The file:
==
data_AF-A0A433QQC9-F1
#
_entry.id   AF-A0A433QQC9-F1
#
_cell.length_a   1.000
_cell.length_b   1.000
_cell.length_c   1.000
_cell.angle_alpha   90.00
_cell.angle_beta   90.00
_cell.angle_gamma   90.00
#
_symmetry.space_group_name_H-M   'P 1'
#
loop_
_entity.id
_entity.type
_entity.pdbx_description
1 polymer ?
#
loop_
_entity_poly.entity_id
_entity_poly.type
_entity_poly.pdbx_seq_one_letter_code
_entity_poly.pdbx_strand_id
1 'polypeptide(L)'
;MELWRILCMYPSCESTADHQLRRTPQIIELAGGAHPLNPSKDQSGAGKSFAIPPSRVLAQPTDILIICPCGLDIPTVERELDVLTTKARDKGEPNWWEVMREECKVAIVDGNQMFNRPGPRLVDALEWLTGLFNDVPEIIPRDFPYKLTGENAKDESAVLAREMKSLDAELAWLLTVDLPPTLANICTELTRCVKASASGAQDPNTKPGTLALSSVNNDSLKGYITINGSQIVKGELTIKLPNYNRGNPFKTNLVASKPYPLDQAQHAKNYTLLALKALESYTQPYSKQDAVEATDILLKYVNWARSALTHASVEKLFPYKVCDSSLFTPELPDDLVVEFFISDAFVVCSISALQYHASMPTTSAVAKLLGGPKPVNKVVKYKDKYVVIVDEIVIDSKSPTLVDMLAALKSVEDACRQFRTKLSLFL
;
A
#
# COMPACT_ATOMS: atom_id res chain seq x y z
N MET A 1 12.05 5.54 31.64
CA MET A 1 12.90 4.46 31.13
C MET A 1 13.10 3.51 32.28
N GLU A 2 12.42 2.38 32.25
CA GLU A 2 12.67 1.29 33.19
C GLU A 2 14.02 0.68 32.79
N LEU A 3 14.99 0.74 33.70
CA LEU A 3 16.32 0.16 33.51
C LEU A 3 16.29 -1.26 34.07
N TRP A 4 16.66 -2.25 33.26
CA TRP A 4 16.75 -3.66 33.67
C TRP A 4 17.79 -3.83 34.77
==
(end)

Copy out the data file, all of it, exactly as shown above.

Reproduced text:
data_AF-A0A433QQC9-F1
#
_entry.id   AF-A0A433QQC9-F1
#
_cell.length_a   1.000
_cell.length_b   1.000
_cell.length_c   1.000
_cell.angle_alpha   90.00
_cell.angle_beta   90.00
_cell.angle_gamma   90.00
#
_symmetry.space_group_name_H-M   'P 1'
#
loop_
_entity.id
_entity.type
_entity.pdbx_description
1 polymer ?
#
loop_
_entity_poly.entity_id
_entity_poly.type
_entity_poly.pdbx_seq_one_letter_code
_entity_poly.pdbx_strand_id
1 'polypeptide(L)'
;MELWRILCMYPSCESTADHQLRRTPQIIELAGGAHPLNPSKDQSGAGKSFAIPPSRVLAQPTDILIICPCGLDIPTVERELDVLTTKARDKGEPNWWEVMREECKVAIVDGNQMFNRPGPRLVDALEWLTGLFNDVPEIIPRDFPYKLTGENAKDESAVLAREMKSLDAELAWLLTVDLPPTLANICTELTRCVKASASGAQDPNTKPGTLALSSVNNDSLKGYITINGSQIVKGELTIKLPNYNRGNPFKTNLVASKPYPLDQAQHAKNYTLLALKALESYTQPYSKQDAVEATDILLKYVNWARSALTHASVEKLFPYKVCDSSLFTPELPDDLVVEFFISDAFVVCSISALQYHASMPTTSAVAKLLGGPKPVNKVVKYKDKYVVIVDEIVIDSKSPTLVDMLAALKSVEDACRQFRTKLSLFL
;
A
#
# COMPACT_ATOMS: atom_id res chain seq x y z
N MET A 1 12.05 5.54 31.64
CA MET A 1 12.90 4.46 31.13
C MET A 1 13.10 3.51 32.28
N GLU A 2 12.42 2.38 32.25
CA GLU A 2 12.67 1.29 33.19
C GLU A 2 14.02 0.68 32.79
N LEU A 3 14.99 0.74 33.70
CA LEU A 3 16.32 0.16 33.51
C LEU A 3 16.29 -1.26 34.07
N TRP A 4 16.66 -2.25 33.26
CA TRP A 4 16.75 -3.66 33.67
C TRP A 4 17.79 -3.83 34.77